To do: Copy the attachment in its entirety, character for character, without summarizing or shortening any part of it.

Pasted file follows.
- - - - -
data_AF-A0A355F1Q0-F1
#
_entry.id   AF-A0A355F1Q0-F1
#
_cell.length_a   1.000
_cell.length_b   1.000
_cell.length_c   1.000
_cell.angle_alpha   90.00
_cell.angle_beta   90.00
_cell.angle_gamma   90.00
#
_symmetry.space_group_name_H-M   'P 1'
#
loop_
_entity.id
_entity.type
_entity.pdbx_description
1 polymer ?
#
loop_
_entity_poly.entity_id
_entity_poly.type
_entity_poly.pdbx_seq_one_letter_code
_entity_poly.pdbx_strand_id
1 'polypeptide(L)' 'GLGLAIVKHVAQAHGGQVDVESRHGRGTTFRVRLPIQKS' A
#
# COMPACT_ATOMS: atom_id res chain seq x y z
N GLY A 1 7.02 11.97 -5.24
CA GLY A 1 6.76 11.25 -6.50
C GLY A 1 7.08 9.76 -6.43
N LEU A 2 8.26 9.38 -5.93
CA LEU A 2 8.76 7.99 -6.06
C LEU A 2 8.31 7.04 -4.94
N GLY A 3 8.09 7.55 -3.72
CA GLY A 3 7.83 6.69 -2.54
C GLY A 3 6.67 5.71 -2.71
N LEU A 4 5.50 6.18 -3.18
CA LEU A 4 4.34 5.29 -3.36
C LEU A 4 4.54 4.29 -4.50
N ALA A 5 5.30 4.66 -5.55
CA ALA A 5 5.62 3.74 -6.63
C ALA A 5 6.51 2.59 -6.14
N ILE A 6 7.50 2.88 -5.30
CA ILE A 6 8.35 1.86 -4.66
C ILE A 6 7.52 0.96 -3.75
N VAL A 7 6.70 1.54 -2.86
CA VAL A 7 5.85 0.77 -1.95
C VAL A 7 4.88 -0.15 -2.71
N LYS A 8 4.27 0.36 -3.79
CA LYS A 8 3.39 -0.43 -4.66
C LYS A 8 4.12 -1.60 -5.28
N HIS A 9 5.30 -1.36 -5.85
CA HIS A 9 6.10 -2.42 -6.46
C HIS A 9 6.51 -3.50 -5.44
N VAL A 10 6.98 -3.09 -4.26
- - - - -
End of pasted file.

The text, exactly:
data_AF-A0A355F1Q0-F1
#
_entry.id   AF-A0A355F1Q0-F1
#
_cell.length_a   1.000
_cell.length_b   1.000
_cell.length_c   1.000
_cell.angle_alpha   90.00
_cell.angle_beta   90.00
_cell.angle_gamma   90.00
#
_symmetry.space_group_name_H-M   'P 1'
#
loop_
_entity.id
_entity.type
_entity.pdbx_description
1 polymer ?
#
loop_
_entity_poly.entity_id
_entity_poly.type
_entity_poly.pdbx_seq_one_letter_code
_entity_poly.pdbx_strand_id
1 'polypeptide(L)' 'GLGLAIVKHVAQAHGGQVDVESRHGRGTTFRVRLPIQKS' A
#
# COMPACT_ATOMS: atom_id res chain seq x y z
N GLY A 1 7.02 11.97 -5.24
CA GLY A 1 6.76 11.25 -6.50
C GLY A 1 7.08 9.76 -6.43
N LEU A 2 8.26 9.38 -5.93
CA LEU A 2 8.76 7.99 -6.06
C LEU A 2 8.31 7.04 -4.94
N GLY A 3 8.09 7.55 -3.72
CA GLY A 3 7.83 6.69 -2.54
C GLY A 3 6.67 5.71 -2.71
N LEU A 4 5.50 6.18 -3.18
CA LEU A 4 4.34 5.29 -3.36
C LEU A 4 4.54 4.29 -4.50
N ALA A 5 5.30 4.66 -5.55
CA ALA A 5 5.62 3.74 -6.63
C ALA A 5 6.51 2.59 -6.14
N ILE A 6 7.50 2.88 -5.30
CA ILE A 6 8.35 1.86 -4.66
C ILE A 6 7.52 0.96 -3.75
N VAL A 7 6.70 1.54 -2.86
CA VAL A 7 5.85 0.77 -1.95
C VAL A 7 4.88 -0.15 -2.71
N LYS A 8 4.27 0.36 -3.79
CA LYS A 8 3.39 -0.43 -4.66
C LYS A 8 4.12 -1.60 -5.28
N HIS A 9 5.30 -1.36 -5.85
CA HIS A 9 6.10 -2.42 -6.46
C HIS A 9 6.51 -3.50 -5.44
N VAL A 10 6.98 -3.09 -4.26